Ontology Merging and Reasoning Using Paraconsistent Logics

Ontology Merging and Reasoning Using Paraconsistent Logics

Cristian Cocos (Centre for Logic and Information, Saint Francis Xavier University, Antigonish, NS, Canada), Fahim Imam (Center for Research in Biological Systems, University of California - San Diego, La Jolla, CA, USA) and Wendy MacCaull (Centre for Logic and Information, Saint Francis Xavier University, Antigonish, NS, Canada)
Copyright: © 2012 |Pages: 17
DOI: 10.4018/ijkbo.2012100103


Dealing with the inconsistencies that might arise during the ontology merging process constitutes a major challenge. The explosive nature of classical logic requires any logic-based merging effort to dissolve possible contradictions, and thus maintain consistency. In many cases, however, inconsistent information may be useful for intelligent reasoning activities. In healthcare systems, for example, inconsistent information may be required to provide a full clinical perspective, and thus any information loss is undesirable. The authors present a 4-valued logic-based merging system that exhibits inconsistency-tolerant behavior to avoid information loss.
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Ontological knowledge bases are a knowledge representation (KR) style that has recently gained currency in the KR world, mostly spurred by Semantic Web (http://www.w3.org/) endeavors. The most prominent Semantic Web KR framework is the Web Ontology Language (OWL). For the present purposes, an ontology can be viewed as a formal theory formulated using the OWL language.

Ontologies have become widely effective for a range of applications, including software design, expert systems, database architectures, etc. The significance of ontologies has become well established in the healthcare and bio-informatics community, and the number of domain-specific, bio-medical, and healthcare ontologies is growing fast. An increasing number of them conform to various terminological standards. It has become a critical issue to share and reuse the combined but overlapping domain knowledge from the existing ontologies, especially those that conform to international terminological standards. One way to deal with this issue is known as ‘ontology merging.’ This kind of integration is in high demand where the goal is to generate a single coherent ontology that ensures the maximum reuse of knowledge from multiple source ontologies.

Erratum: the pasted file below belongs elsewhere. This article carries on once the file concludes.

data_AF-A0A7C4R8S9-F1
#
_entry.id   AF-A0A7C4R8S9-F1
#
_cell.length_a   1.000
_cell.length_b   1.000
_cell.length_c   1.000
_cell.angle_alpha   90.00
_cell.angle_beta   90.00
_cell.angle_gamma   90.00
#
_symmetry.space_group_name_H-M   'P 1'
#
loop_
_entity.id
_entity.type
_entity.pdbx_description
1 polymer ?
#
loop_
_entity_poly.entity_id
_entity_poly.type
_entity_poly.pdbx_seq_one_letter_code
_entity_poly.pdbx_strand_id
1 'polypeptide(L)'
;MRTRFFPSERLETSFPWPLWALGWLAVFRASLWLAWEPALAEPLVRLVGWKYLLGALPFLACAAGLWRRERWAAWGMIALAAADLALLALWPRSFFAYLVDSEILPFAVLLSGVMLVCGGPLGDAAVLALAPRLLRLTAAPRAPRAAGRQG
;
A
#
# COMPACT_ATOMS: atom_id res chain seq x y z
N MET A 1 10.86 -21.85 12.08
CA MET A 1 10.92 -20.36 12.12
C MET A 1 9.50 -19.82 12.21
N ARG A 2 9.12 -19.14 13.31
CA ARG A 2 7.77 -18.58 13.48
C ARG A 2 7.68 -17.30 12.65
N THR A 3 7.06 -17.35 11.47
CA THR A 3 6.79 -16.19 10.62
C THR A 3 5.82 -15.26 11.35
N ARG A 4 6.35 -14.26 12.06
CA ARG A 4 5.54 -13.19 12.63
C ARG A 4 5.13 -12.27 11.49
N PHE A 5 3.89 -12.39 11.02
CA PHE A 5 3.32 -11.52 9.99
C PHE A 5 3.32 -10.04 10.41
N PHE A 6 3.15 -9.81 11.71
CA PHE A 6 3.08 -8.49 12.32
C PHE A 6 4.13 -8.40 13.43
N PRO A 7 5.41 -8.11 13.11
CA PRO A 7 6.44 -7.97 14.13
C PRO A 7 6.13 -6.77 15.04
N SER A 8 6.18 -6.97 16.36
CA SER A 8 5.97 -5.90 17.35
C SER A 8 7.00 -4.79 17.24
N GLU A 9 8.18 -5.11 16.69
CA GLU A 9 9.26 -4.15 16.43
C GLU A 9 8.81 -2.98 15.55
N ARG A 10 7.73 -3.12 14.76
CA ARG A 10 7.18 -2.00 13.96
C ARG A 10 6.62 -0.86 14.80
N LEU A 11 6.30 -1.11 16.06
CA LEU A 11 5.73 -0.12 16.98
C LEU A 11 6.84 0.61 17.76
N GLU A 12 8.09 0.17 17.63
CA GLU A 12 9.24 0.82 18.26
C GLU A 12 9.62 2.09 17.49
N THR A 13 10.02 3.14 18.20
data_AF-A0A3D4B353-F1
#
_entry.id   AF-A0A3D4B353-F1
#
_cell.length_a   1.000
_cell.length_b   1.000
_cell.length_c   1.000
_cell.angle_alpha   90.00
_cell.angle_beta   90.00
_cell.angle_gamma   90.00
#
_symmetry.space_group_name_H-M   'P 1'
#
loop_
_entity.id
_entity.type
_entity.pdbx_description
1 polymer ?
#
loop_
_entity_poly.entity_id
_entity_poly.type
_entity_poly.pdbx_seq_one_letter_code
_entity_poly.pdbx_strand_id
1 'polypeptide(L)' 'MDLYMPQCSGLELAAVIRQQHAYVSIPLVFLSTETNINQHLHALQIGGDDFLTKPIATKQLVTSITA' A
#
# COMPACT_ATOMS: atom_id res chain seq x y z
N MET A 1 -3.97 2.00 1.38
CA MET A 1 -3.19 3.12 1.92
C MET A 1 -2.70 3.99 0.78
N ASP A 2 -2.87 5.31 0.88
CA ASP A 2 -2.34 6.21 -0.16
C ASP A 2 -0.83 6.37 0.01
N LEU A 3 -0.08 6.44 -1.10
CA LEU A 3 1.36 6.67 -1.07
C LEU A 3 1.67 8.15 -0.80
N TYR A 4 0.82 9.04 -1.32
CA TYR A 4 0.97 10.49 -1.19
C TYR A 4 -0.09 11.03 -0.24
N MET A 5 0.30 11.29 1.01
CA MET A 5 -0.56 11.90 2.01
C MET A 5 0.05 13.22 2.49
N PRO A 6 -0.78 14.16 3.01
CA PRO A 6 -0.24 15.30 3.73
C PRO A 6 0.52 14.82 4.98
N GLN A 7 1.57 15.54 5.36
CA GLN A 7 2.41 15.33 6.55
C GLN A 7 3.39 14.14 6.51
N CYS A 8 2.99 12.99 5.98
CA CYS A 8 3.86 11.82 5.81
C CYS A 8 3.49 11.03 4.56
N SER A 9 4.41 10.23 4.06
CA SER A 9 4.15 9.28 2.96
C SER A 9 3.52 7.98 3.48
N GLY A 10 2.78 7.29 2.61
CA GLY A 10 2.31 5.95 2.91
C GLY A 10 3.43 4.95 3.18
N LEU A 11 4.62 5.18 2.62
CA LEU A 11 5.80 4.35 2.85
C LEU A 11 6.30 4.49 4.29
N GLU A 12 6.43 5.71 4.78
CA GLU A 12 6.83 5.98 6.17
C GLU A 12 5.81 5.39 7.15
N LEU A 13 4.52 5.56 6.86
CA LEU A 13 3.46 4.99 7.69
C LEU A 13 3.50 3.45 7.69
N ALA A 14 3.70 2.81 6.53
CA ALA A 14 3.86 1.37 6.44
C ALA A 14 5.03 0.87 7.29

The significance of ontology merging or integration can be observed in the context of the Pan-Canadian Electronic Health Record (EHR) system. EHRs enhance the flow of information across multiple healthcare disciplines through the use of clinical terminologies and uniform language. Because of the diversity of various clinical terminologies, the challenge is to find a single terminology to represent all of the care-providing disciplines. Canada, for instance, has adopted SNOMED-CT® as the recommended clinical terminology for the EHR. SNOMED-CT is a terminology maintained by the International Health Terminology Standards Development Organization (IHTSDO). The Canadian Nurses Association (CNA), on the other hand, recommends the International Classification for Nursing Practice (ICNP®) to represent nursing practice, as SNOMED-CT is more focused on the bio-medical perspective of healthcare. The CNA recommends that ICNP and SNOMED-CT collaborate to ensure that SNOMED-CT is developed in such a way so as to effectively represent nursing practice in EHR. This collaboration has recently materialized, among others, via the ICNP-SNOMED-CT mapping efforts currently underway under IHTSDO patronage. Merging or integrating ICNP and SNOMED-CT terminologies is invaluable for the overall success of EHRs to provide extensive representational capacity (Imam, MacCaull, & Kennedy, 2007; William, 2006).

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